There’s something incredibly rewarding about growing something from seemingly nothing. Sprinkle down a few seeds, and in a matter of months you can have fully formed plants and flowers- it really does seem like a miracle of nature. On top of this, gardening keeps you fit and can save you a little money on your grocery bill too which is certainly no bad thing. It’s a fantastic hobby to have! However, if you’re not doing too well in the garden and your efforts are repeatedly failing, don’t give up. Chances are there’s something that’s not quite right which you’ll be able to adjust. Here are some of the factors to take into consideration.
There’s Something Wrong With Your Soil
Too much peat or clay in the soil can make it dense and easy to waterlog. Too sandy and it won’t hold moisture and your crops will shrivel. The PH balance might also be off, and not quite right for what you’re growing. Another possibility is that the ground is contaminated. Having your soil tested for toxins and pollutants by a company like SESL is the only way you’ll know for sure. If there’s a chance your soil is bad, it’s worth having this done for peace of mind. If you’re planning on consuming what you grow, poisonous soil can lead to contaminated produce.
It’s Not The Right Temperature
Different plants will grow best at certain temperatures, meaning where you are in the world plays a huge role in what you can get to grow at different times of year. If you’re in a climate that’s cooler, investing in a greenhouse will allow you to extend the growing season and also have far better control of the climate. Find out what ‘climate zone’ your country or state is in, and from there you will be able to find tailored advice for the temperatures you’re in.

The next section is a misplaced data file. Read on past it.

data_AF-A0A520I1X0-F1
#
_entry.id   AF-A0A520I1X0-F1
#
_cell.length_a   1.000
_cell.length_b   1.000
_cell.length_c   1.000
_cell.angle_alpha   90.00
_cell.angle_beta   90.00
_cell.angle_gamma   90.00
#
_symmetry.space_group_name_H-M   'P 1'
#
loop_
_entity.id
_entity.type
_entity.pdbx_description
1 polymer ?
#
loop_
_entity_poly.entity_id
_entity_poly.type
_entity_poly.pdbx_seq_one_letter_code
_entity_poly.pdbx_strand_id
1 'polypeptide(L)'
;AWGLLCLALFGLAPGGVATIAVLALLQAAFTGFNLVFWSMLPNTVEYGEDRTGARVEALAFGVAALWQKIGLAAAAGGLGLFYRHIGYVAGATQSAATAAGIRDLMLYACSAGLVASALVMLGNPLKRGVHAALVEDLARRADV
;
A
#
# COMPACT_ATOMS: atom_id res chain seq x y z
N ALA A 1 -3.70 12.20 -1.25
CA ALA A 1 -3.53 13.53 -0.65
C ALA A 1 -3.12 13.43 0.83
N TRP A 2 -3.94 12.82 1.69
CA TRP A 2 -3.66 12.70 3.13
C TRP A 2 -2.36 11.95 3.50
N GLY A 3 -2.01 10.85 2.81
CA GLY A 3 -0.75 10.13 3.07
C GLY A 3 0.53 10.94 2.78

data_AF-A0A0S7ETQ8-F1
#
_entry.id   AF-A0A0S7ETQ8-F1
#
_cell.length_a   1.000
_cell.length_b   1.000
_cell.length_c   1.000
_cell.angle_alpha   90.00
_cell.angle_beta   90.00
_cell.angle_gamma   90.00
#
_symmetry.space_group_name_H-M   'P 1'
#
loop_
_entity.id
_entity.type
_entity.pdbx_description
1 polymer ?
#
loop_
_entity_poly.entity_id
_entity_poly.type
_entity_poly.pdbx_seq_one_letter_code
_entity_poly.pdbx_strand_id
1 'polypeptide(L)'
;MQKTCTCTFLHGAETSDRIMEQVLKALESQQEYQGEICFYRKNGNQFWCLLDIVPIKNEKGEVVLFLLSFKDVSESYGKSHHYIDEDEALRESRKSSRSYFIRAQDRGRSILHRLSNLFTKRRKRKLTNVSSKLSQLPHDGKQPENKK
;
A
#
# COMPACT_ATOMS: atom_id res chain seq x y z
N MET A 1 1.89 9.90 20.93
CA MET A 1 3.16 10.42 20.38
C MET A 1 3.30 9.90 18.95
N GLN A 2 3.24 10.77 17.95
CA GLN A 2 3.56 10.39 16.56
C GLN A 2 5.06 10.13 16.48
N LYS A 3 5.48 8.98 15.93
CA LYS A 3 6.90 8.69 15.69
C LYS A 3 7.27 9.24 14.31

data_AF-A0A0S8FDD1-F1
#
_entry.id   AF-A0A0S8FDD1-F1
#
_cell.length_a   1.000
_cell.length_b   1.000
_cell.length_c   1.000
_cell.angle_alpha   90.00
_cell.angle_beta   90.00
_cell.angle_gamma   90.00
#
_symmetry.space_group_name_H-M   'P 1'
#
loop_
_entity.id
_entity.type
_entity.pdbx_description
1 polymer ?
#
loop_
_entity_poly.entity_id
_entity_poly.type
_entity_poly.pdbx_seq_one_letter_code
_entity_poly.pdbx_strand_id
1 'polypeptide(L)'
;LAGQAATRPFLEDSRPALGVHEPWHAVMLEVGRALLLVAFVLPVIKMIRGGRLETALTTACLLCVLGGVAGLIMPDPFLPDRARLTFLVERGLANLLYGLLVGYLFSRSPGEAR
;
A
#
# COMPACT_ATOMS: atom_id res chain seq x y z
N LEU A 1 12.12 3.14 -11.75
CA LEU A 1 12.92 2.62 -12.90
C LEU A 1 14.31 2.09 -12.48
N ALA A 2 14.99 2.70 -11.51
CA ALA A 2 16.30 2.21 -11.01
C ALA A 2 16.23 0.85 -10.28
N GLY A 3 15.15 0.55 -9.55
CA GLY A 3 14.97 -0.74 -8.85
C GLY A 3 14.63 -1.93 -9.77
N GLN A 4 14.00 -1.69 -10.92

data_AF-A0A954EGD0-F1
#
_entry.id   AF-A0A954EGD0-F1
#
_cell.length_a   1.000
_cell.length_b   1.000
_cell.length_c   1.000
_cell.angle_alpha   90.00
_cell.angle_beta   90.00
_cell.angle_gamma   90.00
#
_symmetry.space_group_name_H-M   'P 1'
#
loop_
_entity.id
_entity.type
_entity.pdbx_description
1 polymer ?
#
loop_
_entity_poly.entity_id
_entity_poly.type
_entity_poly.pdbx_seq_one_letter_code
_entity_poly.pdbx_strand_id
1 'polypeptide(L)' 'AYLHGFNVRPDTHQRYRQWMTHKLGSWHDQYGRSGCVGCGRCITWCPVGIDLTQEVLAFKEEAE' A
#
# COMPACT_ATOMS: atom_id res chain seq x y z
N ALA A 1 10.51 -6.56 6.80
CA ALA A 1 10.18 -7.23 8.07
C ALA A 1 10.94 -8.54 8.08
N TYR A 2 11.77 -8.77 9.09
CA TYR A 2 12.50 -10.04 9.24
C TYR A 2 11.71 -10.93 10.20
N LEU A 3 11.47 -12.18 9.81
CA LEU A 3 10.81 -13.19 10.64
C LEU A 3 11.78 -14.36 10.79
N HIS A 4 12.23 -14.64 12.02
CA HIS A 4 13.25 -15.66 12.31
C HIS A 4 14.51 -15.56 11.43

You’re Over or Under Watering
Some plants require a lot of water, others will only need a small amount. Don’t just guess, if you want to make your crops grow successfully do the research. How much water depends a lot on the soil and ground conditions too. As of course, some types are more likely to hold water and flood which can result in rotten roots.
Your Plants are Competing
Certain plants shouldn’t be put next to each other since they will be competing for the same nutrients in the soil. For example, don’t put tomatoes near broccoli, cauliflower, cilantro or cucumbers. Instead, plant tomatoes near asparagus, carrots or celery which get along much better together in the vegetable patch. This isn’t something you’re likely to just know off the top of your head, so again doing some research and planning out your plot beforehand is your best bet. Some crops also shouldn’t be planted the year after others have been harvested, if you’re noticing lack of growth, then this could well be why.
Are you much of a gardener? What kinds of fruit, vegetables or herbs do you like to grow in your backyard?